Add Analog Clock to Your Child’s Cell Phone
A digital clock shows a moment in time, whereas an analog clock actually shows passage of time. A very helpful tool when you tell your kid that he has to be ready to go to school in 10 minutes.
Do your child a favor and add the analog clock to the banner of his/her cell phone.
Analog clocks can help with time-management issues.
Do you spend as much time with your child as you do on Facebook? If you have to stop and think, then, you seriously need to stop and think. It’s important to spend 20 to 30 minutes with your child per day, doing something he/she wants to do. During this time, corrections, commands, issues and questions are off limits. Just positive input and undivided attention.
Our kids aren’t young forever. Don’t miss the opportunity.
Quality time with your child is is not overrated.
Do you have a young child newly diagnosed with autistic spectrum disorders [ASDs]?
For OC Kids’ SEEPAC [Support, Education & Empowerment for Parents of Autistic Children] offers a 6-week program that begins Tuesday, Sept. 25 from 6-8pm.
Session topics include:
- What is Autism?
- Regional Center and Special Education programs
- The ABC’s of Behavior
- Speech & Language Interventions
- Autism & Family Dynamics
Space is limited. Reservations required. Call 714-939-6766 or email ForOCKids@uci.edu. Cost: $80 per family for all 6 sessions or $15 per week.
See attached flyers for more information. SEEPAC Clases en espanol.
If your child is interested in water polo, here’s a program that introduces the sport while building language and social skills.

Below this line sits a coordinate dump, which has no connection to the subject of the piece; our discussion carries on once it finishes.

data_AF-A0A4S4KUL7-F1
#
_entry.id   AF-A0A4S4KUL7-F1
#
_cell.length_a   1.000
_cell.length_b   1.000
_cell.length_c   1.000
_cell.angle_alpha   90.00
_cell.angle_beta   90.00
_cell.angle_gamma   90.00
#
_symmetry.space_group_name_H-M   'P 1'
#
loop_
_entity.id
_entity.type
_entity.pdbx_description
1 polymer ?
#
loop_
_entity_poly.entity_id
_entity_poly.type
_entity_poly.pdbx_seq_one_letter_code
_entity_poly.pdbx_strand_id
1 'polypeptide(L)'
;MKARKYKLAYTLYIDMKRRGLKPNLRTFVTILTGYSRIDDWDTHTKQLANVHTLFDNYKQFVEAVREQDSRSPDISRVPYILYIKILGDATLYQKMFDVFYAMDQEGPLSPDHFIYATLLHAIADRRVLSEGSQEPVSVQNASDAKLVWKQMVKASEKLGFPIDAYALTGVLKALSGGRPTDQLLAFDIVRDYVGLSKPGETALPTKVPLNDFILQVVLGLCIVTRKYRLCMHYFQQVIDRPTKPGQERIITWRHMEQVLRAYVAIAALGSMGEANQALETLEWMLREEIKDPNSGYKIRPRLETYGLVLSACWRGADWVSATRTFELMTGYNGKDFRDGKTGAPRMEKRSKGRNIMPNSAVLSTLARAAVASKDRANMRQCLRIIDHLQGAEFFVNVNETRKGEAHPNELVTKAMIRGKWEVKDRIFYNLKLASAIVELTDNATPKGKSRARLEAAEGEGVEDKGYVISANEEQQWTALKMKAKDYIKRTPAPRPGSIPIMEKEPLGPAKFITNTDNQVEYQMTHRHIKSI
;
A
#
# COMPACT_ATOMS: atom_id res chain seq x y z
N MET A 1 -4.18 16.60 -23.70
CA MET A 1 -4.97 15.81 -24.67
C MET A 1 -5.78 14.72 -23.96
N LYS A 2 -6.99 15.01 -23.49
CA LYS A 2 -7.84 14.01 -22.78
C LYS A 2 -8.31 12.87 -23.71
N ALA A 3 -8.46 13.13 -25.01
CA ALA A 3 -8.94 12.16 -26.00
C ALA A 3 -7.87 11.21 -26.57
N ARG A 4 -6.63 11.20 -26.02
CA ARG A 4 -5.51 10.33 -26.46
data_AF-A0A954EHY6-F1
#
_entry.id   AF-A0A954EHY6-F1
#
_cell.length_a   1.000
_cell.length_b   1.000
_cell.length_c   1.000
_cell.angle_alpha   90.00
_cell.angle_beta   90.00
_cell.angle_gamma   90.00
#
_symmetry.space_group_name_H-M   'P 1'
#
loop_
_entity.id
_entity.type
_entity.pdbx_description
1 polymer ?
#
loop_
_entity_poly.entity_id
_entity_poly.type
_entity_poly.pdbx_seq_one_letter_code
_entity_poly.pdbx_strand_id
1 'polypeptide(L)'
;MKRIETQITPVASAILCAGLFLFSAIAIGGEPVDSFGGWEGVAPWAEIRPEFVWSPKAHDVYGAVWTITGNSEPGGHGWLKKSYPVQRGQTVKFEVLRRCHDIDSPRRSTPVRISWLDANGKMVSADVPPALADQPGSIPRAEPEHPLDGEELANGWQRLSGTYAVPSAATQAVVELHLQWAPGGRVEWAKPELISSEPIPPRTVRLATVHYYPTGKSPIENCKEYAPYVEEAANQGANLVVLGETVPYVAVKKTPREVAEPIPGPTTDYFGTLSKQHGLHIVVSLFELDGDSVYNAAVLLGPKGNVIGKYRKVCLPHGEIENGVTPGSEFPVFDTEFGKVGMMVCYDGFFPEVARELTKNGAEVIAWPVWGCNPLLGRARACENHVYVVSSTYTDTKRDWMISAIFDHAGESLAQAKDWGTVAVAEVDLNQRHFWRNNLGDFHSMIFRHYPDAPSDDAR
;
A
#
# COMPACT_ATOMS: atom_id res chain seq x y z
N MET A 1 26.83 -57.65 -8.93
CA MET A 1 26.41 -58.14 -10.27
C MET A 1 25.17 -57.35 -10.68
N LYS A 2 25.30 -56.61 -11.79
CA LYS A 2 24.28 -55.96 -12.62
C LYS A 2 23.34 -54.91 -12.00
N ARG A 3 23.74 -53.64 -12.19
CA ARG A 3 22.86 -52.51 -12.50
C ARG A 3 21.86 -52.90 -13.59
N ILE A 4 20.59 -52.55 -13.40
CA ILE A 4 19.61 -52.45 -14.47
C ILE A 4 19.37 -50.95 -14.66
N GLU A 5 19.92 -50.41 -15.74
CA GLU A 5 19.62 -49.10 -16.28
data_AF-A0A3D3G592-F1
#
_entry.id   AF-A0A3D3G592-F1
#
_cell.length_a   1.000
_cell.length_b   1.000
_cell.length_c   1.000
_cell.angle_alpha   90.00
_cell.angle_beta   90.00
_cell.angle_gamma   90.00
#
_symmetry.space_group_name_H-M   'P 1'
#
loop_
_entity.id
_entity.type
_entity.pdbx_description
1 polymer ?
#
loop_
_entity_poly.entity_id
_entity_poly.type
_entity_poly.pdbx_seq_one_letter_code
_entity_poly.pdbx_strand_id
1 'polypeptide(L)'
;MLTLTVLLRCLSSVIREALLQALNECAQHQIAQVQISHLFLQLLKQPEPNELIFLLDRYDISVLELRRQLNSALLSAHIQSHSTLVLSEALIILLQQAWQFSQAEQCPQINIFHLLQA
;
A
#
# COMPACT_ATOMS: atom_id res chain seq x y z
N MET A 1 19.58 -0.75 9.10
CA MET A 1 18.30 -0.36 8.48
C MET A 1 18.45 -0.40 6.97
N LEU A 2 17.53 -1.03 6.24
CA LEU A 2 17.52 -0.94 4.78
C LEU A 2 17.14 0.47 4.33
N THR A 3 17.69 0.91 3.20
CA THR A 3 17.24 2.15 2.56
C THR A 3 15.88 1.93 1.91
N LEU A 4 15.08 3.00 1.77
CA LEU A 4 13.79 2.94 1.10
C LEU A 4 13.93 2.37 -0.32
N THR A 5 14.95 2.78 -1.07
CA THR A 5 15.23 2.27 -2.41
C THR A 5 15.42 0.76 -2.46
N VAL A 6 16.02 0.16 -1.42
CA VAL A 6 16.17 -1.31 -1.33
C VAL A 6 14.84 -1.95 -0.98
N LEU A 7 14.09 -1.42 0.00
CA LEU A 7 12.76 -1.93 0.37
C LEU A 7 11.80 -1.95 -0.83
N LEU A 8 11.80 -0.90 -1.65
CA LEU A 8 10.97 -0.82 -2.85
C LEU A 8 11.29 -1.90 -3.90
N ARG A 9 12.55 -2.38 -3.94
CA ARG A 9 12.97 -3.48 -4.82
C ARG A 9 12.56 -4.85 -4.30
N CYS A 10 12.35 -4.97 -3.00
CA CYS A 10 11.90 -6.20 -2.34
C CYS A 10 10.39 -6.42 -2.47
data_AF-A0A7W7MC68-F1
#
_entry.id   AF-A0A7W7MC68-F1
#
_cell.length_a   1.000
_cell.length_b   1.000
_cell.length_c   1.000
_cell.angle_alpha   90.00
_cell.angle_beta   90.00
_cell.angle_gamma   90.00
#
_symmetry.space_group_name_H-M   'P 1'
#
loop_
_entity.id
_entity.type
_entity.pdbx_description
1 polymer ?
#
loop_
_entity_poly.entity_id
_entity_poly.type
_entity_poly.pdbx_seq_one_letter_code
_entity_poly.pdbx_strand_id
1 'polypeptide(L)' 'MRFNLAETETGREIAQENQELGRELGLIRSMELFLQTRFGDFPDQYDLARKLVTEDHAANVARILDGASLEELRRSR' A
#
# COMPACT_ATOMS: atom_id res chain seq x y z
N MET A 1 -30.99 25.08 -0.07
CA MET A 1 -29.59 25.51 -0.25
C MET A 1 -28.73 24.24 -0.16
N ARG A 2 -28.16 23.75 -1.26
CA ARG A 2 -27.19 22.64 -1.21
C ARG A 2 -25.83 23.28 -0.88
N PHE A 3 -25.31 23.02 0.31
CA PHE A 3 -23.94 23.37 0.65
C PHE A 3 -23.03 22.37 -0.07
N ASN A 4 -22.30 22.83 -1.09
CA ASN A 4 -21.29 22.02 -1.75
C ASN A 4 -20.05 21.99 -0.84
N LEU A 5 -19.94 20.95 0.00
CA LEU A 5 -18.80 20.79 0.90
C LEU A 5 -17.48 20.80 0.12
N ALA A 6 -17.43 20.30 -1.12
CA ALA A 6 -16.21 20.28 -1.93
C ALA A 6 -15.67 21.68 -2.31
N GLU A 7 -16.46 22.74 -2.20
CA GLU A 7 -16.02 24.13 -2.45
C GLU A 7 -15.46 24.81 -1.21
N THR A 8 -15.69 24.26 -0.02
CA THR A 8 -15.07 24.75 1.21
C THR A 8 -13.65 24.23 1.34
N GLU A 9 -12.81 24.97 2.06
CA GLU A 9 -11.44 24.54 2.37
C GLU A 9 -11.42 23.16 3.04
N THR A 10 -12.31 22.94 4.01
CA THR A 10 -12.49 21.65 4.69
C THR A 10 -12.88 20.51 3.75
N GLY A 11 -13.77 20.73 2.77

Check out the attachment for sign up details.
5 Magic Words Turn Negative to Positive
When talking with your kids, make a conscious effort to start your sentences with five positive words ‘I like the way you’re…’ instead of these three negative ones: ‘Why haven’t you…?’
A good rule of thumb to teach your kids is to never quit. That means that giving up and not trying is simply not an option. No amount of effort can ever be considered failure.
I’ve seen this pay off in spades when my son was on his middle school’s cross-country team. Sure, he might have come in dead last at every meet, but he never gave up, never stopped. That made me so very proud. His coach praised his positive attitude and teammates cheered as he neared the finish line. Of course I was reduced to tears every time. He may not come in first, second or 19th, but my guy is no quitter. It’s a character trait that speaks volumes.
Don’t allow quitting to be an option for your child. It sets a dangerous precedent.